Watchmen – A “Magnificent Disaster”

Saturday night, after seeing Watchmen with TG and LG, I commented on Facebook that it was a “magnificent disaster.” After letting it sit for a few days, I think I’ll let that stick.

Why?

Really, two reasons.
First, because simply the acting was horrible (not helped by the dialog which was lifted directly from the comic and not smoothed to make it sound like real humans were speaking). With the exception of Jackie Earle Hayley, who was magnificent – as good as Cagney in ‘White Heat’ – even though I kept seeing Mooch when he spoke (my problem, I’m a ‘Breaking Away’ fanatic), the acting was consistently subpar.

Malin Akerman (Silk Spectre II) and Patrick Wilson (Night Owl II) needed to be realistic people – part of the story is how they fall in love – and just weren’t. When you see Christian Bale as Bruce Wayne, you see something in him that makes you believe that he really could be going out at night and kicking bad guy ass. Wilson left me remembering that I need a new accountant.

The problem extends throughout the movie; no one except Hayley really feels like a grounded character at all.

That works for Jeffrey Dean Morgan as the Comedian, because he’s playing an archetype, rather than a person (he also gets the grin-inducing line of the film, when he says “I haven’t had this much fun since [I’m assuming he meant to say “I killed”] Woodward and Bernstein.”)

And that’s the other problem – the core problem – with the film.

Great comic-book movies break into two groups – the fantastic (‘300′, ‘Sin City’, ‘Kill Bill’) and the realistic (‘Spiderman’, ‘Batman Begins’, ‘The Dark Knight’). the realistic films are real human dramas that involve situations that require CGI. The fantastic films are not human dramas, they are about the conflicts between archetypes that we can nontheless relate to – Leonidas, The Bride, Hartigan.

Watchmen tried, I think, to stand in the middle of that gap, and failed on both counts as a consequence.

It’s a magnificent, ambitious, failure. It’s probably worth seeing if you love visual spectacle and can relax about story and character. If you loved the comic, you’ve already seen it, so I’m not writing to you. But if you haven’t, in these hard times, I might consider picking up the graphic novel instead and saving $20.

Others have commented on the politics of the movie; it’s a period piece politically, but it’s worth remembering that the archetypes in the story (even if badly presented in the film) do have something to do with what America is about. They don’t represent all of it, by any means at all. But the comic was powerful because it was archetypical and because we see those in our national character.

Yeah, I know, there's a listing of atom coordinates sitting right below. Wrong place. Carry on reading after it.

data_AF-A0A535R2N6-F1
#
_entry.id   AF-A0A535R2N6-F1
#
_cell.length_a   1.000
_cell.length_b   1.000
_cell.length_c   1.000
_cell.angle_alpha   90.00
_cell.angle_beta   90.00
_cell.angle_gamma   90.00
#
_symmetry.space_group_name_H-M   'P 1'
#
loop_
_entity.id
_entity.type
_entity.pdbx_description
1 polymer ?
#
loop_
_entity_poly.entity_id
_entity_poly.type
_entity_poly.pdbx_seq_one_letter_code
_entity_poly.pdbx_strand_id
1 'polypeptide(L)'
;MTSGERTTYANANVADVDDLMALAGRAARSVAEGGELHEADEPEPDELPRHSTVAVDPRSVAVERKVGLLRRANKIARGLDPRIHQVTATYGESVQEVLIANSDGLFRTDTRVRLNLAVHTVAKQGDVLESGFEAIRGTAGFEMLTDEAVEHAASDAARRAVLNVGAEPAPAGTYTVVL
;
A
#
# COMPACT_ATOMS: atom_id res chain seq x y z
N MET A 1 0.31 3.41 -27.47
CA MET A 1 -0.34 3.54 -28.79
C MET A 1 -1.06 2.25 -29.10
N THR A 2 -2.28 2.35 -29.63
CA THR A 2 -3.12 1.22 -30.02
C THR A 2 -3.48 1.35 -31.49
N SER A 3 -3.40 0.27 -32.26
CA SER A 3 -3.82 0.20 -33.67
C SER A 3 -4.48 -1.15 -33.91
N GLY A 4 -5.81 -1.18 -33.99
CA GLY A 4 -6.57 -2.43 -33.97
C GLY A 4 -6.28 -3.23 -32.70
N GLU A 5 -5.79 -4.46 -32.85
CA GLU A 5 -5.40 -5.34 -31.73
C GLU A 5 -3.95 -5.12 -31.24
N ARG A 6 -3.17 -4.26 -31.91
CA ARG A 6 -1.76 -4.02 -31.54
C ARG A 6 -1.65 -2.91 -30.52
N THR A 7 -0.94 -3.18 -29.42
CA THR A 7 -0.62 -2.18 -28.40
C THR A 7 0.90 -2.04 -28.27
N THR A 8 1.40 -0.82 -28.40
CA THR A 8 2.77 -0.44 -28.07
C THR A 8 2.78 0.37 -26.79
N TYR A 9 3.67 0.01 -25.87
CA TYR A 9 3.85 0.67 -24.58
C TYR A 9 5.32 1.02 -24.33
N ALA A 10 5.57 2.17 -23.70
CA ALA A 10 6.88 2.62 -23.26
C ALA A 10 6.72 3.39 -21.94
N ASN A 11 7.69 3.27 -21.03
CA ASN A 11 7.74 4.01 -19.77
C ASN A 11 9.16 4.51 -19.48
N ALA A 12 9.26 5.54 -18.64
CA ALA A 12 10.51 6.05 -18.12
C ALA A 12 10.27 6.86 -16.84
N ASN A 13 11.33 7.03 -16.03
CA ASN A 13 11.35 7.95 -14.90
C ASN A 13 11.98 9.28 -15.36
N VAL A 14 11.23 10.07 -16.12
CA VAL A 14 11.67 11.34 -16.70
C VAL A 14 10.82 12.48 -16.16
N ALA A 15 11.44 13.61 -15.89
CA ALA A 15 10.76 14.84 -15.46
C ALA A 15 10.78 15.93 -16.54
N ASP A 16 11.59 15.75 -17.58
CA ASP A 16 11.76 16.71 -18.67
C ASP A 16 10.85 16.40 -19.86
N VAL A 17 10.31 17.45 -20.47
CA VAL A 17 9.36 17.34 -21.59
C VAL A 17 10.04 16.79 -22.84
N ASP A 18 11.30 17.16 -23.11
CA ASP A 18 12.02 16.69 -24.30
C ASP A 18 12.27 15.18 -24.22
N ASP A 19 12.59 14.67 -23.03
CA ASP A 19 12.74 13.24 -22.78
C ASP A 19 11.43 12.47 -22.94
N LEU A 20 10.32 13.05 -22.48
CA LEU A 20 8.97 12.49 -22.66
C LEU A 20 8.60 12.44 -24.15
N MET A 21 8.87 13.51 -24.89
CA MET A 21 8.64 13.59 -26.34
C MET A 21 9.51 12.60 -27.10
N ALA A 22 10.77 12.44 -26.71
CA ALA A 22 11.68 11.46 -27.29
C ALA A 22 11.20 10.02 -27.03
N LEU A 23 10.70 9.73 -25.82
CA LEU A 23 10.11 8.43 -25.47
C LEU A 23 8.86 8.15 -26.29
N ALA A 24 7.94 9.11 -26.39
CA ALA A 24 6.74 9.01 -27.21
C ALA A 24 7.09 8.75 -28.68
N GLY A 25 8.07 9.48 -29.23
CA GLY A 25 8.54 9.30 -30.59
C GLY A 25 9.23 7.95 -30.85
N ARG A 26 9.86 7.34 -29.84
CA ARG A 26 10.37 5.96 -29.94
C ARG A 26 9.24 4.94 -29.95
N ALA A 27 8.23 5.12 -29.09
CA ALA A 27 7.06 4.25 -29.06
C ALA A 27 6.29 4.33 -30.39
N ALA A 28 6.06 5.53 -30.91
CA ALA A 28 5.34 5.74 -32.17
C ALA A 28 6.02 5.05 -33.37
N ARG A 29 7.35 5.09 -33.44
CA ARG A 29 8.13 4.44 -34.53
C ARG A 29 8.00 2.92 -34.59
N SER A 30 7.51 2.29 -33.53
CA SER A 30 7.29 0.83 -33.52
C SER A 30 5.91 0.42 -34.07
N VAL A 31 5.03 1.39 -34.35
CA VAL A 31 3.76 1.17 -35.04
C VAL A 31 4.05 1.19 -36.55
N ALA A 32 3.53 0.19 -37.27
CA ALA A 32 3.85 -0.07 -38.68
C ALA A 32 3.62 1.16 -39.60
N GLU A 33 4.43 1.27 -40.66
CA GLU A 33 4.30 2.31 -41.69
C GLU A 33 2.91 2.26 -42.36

Dispassionate science, and the power that comes from it. Casual brutality (read ‘Born Fighting’). The desire to help, and somehow make the dark and chaotic world a better place.

-

“There’s nothing special about Britain”

You’re kidding me…

The Telegraph has a column up about how Obama’s lukewarm reception was explained by the fact that Obama is simply exhausted.

Let’s put that aside for a moment, because buried in the article is this quote:

The real views of many in Obama administration were laid bare by a State Department official involved in planning the Brown visit, who reacted with fury when questioned by The Sunday Telegraph about why the event was so low-key.

The official dismissed any notion of the special relationship, saying: “There’s nothing special about Britain. You’re just the same as the other 190 countries in the world. You shouldn’t expect special treatment.”

I’m going to go knock my head against the wall for a little while…

Chas Freeman, In His Own Words

I just wrote my Congresswoman, Jane Harman, to ask her to aggressively support the IG investigation of Freeman’s appointment as Director of the NIC, and I’d suggest you write yours as well.

I’ve been reading Freeman’s writings and listening to his speeches. Here, Freeman talks about Taiwan and China.

Freeman_China.JPG

Now I don’t see what he suggests as somehow outside the bounds of policy discourse; but I interpret this as saying that he believes that it ultimately is our interest to support the reintegration of Taiwan into China. For a variety of reasons (many of them set out in Robert Kaplan’s article in the current Foreign Affairs), I think that a China that divides its attention between Taiwan and the Indian Ocean is a China that I’d personally be happier with – and one in a situation that better suits the interests of the United States.

Here’s is Freeman talking about Iraq, in late 2007.

Note that – even on the tail end of the success of the Surge, he’s talking about a level of disorder and rick of civil war that have – in the months since his speech – declined dramatically. Iraq is certainly not “done” but it’s certainly on the road to there. If we had adopted his policies and announced withdrawal in 2007 – instead of pressing forward with the Surge – would Iraq be better or worse off? Would US interests in the region be better or worse off?

And here’s Freeman talking about Hamas (the opening audio is choppy, but it gets better)